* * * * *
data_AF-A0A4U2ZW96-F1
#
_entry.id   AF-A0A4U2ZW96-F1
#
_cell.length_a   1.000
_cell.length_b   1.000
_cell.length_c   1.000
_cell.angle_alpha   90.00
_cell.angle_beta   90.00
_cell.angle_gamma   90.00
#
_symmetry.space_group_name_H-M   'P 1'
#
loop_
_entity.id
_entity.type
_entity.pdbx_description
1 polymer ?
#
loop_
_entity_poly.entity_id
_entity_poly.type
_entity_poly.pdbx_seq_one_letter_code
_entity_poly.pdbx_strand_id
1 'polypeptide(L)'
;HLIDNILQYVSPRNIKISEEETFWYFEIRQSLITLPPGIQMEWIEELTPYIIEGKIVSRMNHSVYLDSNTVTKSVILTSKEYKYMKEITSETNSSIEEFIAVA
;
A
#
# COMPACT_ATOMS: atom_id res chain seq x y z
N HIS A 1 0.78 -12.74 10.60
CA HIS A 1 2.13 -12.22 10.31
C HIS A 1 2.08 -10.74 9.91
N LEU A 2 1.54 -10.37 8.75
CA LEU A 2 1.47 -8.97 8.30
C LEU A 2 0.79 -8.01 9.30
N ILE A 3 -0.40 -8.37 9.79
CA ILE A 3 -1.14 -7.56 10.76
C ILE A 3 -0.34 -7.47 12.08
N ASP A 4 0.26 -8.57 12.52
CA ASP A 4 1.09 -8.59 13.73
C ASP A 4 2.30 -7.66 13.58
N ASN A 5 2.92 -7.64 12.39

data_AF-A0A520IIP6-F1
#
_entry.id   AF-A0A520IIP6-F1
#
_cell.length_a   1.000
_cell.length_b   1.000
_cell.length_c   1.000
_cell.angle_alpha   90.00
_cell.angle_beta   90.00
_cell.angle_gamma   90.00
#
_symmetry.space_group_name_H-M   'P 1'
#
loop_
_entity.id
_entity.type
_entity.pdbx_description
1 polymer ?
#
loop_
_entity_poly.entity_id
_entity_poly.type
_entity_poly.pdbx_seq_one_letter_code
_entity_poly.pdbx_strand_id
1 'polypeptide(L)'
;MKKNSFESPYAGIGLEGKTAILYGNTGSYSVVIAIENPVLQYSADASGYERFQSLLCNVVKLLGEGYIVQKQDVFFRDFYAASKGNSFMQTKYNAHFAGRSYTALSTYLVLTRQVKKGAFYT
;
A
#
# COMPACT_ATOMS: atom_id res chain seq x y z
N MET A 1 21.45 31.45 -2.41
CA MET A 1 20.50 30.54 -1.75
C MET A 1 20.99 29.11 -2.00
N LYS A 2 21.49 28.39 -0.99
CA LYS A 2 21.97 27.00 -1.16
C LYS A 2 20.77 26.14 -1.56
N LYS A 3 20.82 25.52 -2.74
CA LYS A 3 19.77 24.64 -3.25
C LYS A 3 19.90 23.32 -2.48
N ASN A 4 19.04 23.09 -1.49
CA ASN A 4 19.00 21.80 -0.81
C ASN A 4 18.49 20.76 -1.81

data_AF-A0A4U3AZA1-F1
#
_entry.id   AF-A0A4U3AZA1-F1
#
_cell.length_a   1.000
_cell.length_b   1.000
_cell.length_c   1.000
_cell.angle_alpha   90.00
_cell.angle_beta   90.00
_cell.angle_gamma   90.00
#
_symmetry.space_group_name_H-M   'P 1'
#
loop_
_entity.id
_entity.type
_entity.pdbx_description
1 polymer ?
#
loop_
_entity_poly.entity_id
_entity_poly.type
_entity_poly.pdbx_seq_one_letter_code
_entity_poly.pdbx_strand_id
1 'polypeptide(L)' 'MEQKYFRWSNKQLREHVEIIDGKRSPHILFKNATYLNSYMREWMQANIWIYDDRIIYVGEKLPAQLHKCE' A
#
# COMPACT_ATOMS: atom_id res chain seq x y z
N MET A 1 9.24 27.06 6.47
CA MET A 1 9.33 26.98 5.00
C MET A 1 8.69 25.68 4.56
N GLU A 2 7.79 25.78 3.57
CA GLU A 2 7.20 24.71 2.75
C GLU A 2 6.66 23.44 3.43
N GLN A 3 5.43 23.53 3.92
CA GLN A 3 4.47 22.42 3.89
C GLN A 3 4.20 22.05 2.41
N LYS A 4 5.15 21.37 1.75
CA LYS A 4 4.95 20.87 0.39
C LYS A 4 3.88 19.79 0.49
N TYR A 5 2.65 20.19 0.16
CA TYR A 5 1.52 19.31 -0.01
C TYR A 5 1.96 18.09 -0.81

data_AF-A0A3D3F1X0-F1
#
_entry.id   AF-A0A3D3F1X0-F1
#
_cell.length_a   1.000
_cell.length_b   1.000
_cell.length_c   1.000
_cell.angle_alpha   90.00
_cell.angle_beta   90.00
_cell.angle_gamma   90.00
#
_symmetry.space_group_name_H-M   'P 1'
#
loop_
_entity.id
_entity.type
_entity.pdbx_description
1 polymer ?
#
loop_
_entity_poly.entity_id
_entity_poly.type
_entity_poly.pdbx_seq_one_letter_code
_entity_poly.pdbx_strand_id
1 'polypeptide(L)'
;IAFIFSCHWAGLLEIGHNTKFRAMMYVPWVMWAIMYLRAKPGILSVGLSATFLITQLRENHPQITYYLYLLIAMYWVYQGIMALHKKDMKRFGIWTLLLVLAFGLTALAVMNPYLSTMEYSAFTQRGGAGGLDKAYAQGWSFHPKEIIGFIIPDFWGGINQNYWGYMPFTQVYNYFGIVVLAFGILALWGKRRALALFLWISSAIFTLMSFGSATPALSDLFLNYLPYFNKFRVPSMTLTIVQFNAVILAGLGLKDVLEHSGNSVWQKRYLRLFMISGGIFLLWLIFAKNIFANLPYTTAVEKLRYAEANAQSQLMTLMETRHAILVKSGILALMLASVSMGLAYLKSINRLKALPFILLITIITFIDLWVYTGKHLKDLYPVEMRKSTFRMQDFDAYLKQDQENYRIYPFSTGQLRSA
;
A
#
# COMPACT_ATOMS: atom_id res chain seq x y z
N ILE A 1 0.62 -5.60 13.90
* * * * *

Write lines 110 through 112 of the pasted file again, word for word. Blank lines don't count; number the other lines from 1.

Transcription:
1 'polypeptide(L)' 'MEQKYFRWSNKQLREHVEIIDGKRSPHILFKNATYLNSYMREWMQANIWIYDDRIIYVGEKLPAQLHKCE' A
#
# COMPACT_ATOMS: atom_id res chain seq x y z